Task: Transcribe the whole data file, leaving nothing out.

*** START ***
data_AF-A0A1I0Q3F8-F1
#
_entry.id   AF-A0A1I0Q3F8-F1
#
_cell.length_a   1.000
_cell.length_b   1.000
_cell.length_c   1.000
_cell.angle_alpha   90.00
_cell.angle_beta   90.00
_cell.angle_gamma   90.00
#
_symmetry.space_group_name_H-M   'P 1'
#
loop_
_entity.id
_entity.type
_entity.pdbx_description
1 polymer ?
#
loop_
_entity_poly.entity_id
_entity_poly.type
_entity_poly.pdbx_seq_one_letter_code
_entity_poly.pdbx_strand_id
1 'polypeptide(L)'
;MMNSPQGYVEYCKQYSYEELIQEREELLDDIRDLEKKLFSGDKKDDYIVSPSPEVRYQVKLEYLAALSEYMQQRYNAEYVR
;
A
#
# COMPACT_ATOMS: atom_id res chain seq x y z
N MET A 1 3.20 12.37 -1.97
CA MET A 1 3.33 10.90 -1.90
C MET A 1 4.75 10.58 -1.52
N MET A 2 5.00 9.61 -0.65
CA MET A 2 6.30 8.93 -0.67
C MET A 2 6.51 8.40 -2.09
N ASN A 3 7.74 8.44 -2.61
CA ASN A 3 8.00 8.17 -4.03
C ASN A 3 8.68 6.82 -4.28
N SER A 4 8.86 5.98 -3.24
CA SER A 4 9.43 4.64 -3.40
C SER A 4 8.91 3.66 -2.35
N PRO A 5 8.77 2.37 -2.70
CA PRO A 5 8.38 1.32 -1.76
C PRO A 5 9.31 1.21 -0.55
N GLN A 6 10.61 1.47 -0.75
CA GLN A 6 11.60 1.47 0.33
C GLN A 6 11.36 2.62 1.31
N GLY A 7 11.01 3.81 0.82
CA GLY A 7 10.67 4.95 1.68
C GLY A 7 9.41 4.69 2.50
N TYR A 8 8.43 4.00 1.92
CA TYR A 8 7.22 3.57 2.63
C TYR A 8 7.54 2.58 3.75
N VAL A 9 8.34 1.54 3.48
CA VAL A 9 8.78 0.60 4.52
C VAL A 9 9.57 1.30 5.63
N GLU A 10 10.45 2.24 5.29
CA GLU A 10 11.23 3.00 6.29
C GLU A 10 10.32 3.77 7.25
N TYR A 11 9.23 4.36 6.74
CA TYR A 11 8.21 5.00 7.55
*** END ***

data_AF-A0A1I0Q3F8-F1
#
_entry.id   AF-A0A1I0Q3F8-F1
#
_cell.length_a   1.000
_cell.length_b   1.000
_cell.length_c   1.000
_cell.angle_alpha   90.00
_cell.angle_beta   90.00
_cell.angle_gamma   90.00
#
_symmetry.space_group_name_H-M   'P 1'
#
loop_
_entity.id
_entity.type
_entity.pdbx_description
1 polymer ?
#
loop_
_entity_poly.entity_id
_entity_poly.type
_entity_poly.pdbx_seq_one_letter_code
_entity_poly.pdbx_strand_id
1 'polypeptide(L)'
;MMNSPQGYVEYCKQYSYEELIQEREELLDDIRDLEKKLFSGDKKDDYIVSPSPEVRYQVKLEYLAALSEYMQQRYNAEYVR
;
A
#
# COMPACT_ATOMS: atom_id res chain seq x y z
N MET A 1 3.20 12.37 -1.97
CA MET A 1 3.33 10.90 -1.90
C MET A 1 4.75 10.58 -1.52
N MET A 2 5.00 9.61 -0.65
CA MET A 2 6.30 8.93 -0.67
C MET A 2 6.51 8.40 -2.09
N ASN A 3 7.74 8.44 -2.61
CA ASN A 3 8.00 8.17 -4.03
C ASN A 3 8.68 6.82 -4.28
N SER A 4 8.86 5.98 -3.24
CA SER A 4 9.43 4.64 -3.40
C SER A 4 8.91 3.66 -2.35
N PRO A 5 8.77 2.37 -2.70
CA PRO A 5 8.38 1.32 -1.76
C PRO A 5 9.31 1.21 -0.55
N GLN A 6 10.61 1.47 -0.75
CA GLN A 6 11.60 1.47 0.33
C GLN A 6 11.36 2.62 1.31
N GLY A 7 11.01 3.81 0.82
CA GLY A 7 10.67 4.95 1.68
C GLY A 7 9.41 4.69 2.50
N TYR A 8 8.43 4.00 1.92
CA TYR A 8 7.22 3.57 2.63
C TYR A 8 7.54 2.58 3.75
N VAL A 9 8.34 1.54 3.48
CA VAL A 9 8.78 0.60 4.52
C VAL A 9 9.57 1.30 5.63
N GLU A 10 10.45 2.24 5.29
CA GLU A 10 11.23 3.00 6.29
C GLU A 10 10.32 3.77 7.25
N TYR A 11 9.23 4.36 6.74
CA TYR A 11 8.21 5.00 7.55